Saturday, August 08, 2009

On The Way Down

All the characters of Michael Rudez's new play, On The Way Down, know what it's like to deal with the "too-much" of life: Browning (Steven Todd Smith) took a four-year mental sabbatical, Stevenson (Rocco Chierichella) buried himself in business, and Josie (Lindsay Wolf) chose to forget things. However, their individual escapes become a prison when the rest of New York City decides to attempt the same weekend getaway: it seems like there are as many tourists in the Hamptons as there are grains of sand. Things start going wrong with the simplest of things--all the bakeries have sold out of bread--and worsen as these three friends are forced to actually live with themselves.

Good premise, but Rudez cripples the show by molding it around Josie, a rather unreliable and painfully fake character. It takes Josie at least three attempts to enter a room, and On The Way Down follows too closely in those insecure footsteps, so constantly shifting its attention that it makes no progress. Furthermore, Rudez's characters speak directly about everything but the plot, keeping things as cryptic as Josie's forgotten memories. It's a neat trick to keep the audience as much in the dark as Josie, but then again, Josie grows comatose: is that what he wants from the audience? Such tricks also draw undue attention to dialogue that is serviceable on the surface, but clunky underneath. (The words "pshaw" and "square" are used entirely unironically.) It's no surprise, then, that Rudez excels at writing Stevenson--this arrogant, womanizing, big-time dick is all surfaces, and his outsized opinions on meaningless things--like Tilda Swenson's unattractiveness--help to divert attention from the threadbare plot.

As the boisterous Stevenson, Chierichella is the most comfortable actor on stage; better off than Wolf, who is forced to hide Josie behind a wide smile that reduces her emotions to a single dimension, and Smith, whose Browning is so totally defined by his former depression that he lurks in the background even as he speaks. They're all so tightly wound, trying to hide the plot, that it's hard to tell if they're skilled. Director Dan Waldron does them no favors: the actions he gives them are so irrelevant that they only make the characters more concealed. (For example: the play begins at 9:00 a.m., with Josie returning to their beach house; she immediately starts to take the clean dishes off the table, and Browning helps her store them in kitchen cabinets. If there's a point to this action--she's not obsessive-compulsive--it's drowned out in distraction.)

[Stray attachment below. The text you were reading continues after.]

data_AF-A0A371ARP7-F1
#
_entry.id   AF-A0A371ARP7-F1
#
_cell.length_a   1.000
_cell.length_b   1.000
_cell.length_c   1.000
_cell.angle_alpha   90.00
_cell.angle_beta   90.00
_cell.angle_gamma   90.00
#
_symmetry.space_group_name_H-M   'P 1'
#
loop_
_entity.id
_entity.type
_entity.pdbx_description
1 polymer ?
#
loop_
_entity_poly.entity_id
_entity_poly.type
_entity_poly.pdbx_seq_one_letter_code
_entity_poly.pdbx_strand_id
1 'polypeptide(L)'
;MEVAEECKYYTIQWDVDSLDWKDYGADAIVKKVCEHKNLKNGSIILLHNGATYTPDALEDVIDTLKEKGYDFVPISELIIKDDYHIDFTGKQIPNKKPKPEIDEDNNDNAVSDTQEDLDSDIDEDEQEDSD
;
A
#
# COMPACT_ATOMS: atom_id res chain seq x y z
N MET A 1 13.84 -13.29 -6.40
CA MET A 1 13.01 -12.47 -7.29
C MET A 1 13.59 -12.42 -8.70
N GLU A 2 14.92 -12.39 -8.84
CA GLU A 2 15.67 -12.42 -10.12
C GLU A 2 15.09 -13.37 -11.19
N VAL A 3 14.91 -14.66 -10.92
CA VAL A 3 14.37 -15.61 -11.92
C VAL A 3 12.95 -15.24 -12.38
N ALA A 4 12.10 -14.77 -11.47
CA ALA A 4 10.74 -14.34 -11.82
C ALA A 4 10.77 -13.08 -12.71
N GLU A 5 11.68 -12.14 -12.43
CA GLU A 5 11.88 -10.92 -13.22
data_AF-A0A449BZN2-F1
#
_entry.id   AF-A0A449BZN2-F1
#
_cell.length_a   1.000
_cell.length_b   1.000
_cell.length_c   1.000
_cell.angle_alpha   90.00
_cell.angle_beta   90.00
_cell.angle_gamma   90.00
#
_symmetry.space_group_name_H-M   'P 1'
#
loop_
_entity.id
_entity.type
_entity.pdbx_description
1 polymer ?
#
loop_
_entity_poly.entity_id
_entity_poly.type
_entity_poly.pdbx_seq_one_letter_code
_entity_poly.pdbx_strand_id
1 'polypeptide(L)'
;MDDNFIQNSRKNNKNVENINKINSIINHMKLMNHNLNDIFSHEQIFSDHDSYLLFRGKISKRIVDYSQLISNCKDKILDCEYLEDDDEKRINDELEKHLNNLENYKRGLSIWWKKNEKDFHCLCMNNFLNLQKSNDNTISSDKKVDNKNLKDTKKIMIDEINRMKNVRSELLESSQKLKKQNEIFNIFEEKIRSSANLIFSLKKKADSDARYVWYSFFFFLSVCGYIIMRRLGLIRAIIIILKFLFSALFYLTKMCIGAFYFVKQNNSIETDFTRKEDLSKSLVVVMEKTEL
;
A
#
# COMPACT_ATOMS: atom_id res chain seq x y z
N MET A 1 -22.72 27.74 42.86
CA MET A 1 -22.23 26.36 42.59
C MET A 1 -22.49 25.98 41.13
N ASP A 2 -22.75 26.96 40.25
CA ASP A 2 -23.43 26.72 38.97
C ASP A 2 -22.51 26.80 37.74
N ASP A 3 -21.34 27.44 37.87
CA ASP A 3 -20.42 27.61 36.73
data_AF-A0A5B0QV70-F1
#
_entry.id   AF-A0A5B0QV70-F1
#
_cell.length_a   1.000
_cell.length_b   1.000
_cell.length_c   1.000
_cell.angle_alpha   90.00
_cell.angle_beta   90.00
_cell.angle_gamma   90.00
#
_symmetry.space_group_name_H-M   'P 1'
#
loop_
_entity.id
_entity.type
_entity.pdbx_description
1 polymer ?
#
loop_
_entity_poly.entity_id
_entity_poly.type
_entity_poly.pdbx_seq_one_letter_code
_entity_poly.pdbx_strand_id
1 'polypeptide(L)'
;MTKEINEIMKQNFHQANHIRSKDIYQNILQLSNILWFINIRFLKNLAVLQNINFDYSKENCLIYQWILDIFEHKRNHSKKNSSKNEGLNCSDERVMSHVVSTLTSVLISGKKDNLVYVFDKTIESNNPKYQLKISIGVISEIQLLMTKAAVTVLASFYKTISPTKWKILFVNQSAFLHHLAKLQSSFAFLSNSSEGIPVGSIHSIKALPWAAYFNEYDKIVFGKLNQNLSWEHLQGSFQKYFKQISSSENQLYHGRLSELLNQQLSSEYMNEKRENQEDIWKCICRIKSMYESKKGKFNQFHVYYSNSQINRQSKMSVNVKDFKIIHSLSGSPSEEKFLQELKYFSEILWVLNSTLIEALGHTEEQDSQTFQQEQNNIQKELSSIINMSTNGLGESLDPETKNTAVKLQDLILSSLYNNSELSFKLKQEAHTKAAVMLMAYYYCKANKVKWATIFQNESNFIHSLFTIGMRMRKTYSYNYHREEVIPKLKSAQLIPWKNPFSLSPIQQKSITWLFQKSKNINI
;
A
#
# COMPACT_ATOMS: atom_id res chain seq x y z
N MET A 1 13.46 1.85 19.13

One wants to give young, new work like this the benefit of the doubt, but that's all On The Way Down gives its audience: doubt. (To avoid spoiling anything, I'll be cryptic: what's up with the kiss in the third scene? What's the deal with that phone message?) Life has given these characters lemons--there's a big bowl of them on the kitchen table--but Rudez doesn't do anything with them, and his vague result of a play grows sourer by the moment.


Byrne Harrison said...

I have a theory about the kiss. That said, I'd be interested in hearing what the playwright had to say about it. I really wish more shows did Q&A sessions.

newman said...

Playwright talking here. The kiss is what it is. I won't say more. I am glad it is sparking debate, though. As for Q and A after shows, sorry to disagree, but that would be a horrible idea in my opinion. Whatever reason I can think of that would make an audience member want answers to a show (or to why it was written or the alike) would undermine the intention of the show they just watched. I'm going to stop writing now for fear of sounding too "artistic."

Aaron Riccio said...

I don't meant to besmirch the smooch! Rudez, I agree with you: the kiss is what it is, and you're right to leave it at that. That said, the less you explain--and I'm talking within the play itself--the more you have to accept the perhaps far-out interpretations the audience ends up distracting itself with.

However, now speaking as one audience member to another, Byrne, I'd love to hear your thoughts on the kiss: feel shoot me an e-mail (so things stay spoiler-free here).

Byrne Harrison said...

Well, yes, I agree that a Q&A would probably not be practical. But as a playwright, I love being able to talk to other playwrights about their thought processes and intentions. I guess it's like those people who see an item like a blender and want to take it apart to see how it all fits together.

newman said...

I will say this, the play is vague.I know this. To me it is an ode to the mid 20's. That time in your life when you start out in one direction but are contstantly questioning if it is the right one. In a really big nutshell, that's it. The vagueness never bothered me and neither do people's alternative interpretations because I knew I wasn't writing the sort of play that would lend itself to easy answers to begin with. Some people need or want things laid out for them: theatre almost like an essay if you will. I can't stand that. I would rather my shows leave you with questions, whatever they may be. I hope one of those is not,"why did it suck"? but if it is...meh, I tried.